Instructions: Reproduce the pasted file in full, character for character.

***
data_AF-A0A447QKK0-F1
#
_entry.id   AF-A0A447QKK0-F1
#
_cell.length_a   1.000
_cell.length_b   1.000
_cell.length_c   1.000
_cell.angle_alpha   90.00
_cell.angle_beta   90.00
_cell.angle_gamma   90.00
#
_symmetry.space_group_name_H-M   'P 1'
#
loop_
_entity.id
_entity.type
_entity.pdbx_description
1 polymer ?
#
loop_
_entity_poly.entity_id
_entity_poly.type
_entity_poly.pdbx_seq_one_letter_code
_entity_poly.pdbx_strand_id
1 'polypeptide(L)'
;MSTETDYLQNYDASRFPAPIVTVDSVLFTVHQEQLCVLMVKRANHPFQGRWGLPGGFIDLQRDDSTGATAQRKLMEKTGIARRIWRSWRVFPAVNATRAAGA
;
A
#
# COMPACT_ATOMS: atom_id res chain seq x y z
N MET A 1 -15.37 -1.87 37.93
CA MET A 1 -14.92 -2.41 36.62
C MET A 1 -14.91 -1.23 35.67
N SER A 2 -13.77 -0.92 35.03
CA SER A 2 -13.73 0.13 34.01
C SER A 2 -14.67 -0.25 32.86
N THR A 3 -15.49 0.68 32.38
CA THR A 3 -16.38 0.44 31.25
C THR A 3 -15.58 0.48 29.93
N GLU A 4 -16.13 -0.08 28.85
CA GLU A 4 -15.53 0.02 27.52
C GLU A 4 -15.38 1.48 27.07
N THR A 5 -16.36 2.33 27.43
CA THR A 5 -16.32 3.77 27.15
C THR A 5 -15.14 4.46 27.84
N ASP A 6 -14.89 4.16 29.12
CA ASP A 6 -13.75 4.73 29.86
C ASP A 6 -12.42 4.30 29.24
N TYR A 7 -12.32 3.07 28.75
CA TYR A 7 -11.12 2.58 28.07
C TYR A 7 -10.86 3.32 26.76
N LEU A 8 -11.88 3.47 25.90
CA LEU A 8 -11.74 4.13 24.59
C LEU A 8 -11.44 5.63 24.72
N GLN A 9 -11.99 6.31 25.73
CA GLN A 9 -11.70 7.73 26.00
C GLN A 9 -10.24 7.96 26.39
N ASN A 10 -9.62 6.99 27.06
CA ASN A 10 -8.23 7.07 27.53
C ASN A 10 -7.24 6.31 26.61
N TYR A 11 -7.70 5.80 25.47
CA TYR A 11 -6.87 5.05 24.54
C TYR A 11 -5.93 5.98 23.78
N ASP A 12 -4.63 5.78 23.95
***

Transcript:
data_AF-A0A447QKK0-F1
#
_entry.id   AF-A0A447QKK0-F1
#
_cell.length_a   1.000
_cell.length_b   1.000
_cell.length_c   1.000
_cell.angle_alpha   90.00
_cell.angle_beta   90.00
_cell.angle_gamma   90.00
#
_symmetry.space_group_name_H-M   'P 1'
#
loop_
_entity.id
_entity.type
_entity.pdbx_description
1 polymer ?
#
loop_
_entity_poly.entity_id
_entity_poly.type
_entity_poly.pdbx_seq_one_letter_code
_entity_poly.pdbx_strand_id
1 'polypeptide(L)'
;MSTETDYLQNYDASRFPAPIVTVDSVLFTVHQEQLCVLMVKRANHPFQGRWGLPGGFIDLQRDDSTGATAQRKLMEKTGIARRIWRSWRVFPAVNATRAAGA
;
A
#
# COMPACT_ATOMS: atom_id res chain seq x y z
N MET A 1 -15.37 -1.87 37.93
CA MET A 1 -14.92 -2.41 36.62
C MET A 1 -14.91 -1.23 35.67
N SER A 2 -13.77 -0.92 35.03
CA SER A 2 -13.73 0.13 34.01
C SER A 2 -14.67 -0.25 32.86
N THR A 3 -15.49 0.68 32.38
CA THR A 3 -16.38 0.44 31.25
C THR A 3 -15.58 0.48 29.93
N GLU A 4 -16.13 -0.08 28.85
CA GLU A 4 -15.53 0.02 27.52
C GLU A 4 -15.38 1.48 27.07
N THR A 5 -16.36 2.33 27.43
CA THR A 5 -16.32 3.77 27.15
C THR A 5 -15.14 4.46 27.84
N ASP A 6 -14.89 4.16 29.12
CA ASP A 6 -13.75 4.73 29.86
C ASP A 6 -12.42 4.30 29.24
N TYR A 7 -12.32 3.07 28.75
CA TYR A 7 -11.12 2.58 28.07
C TYR A 7 -10.86 3.32 26.76
N LEU A 8 -11.88 3.47 25.90
CA LEU A 8 -11.74 4.13 24.59
C LEU A 8 -11.44 5.63 24.72
N GLN A 9 -11.99 6.31 25.73
CA GLN A 9 -11.70 7.73 26.00
C GLN A 9 -10.24 7.96 26.39
N ASN A 10 -9.62 6.99 27.06
CA ASN A 10 -8.23 7.07 27.53
C ASN A 10 -7.24 6.31 26.61
N TYR A 11 -7.70 5.80 25.47
CA TYR A 11 -6.87 5.05 24.54
C TYR A 11 -5.93 5.98 23.78
N ASP A 12 -4.63 5.78 23.95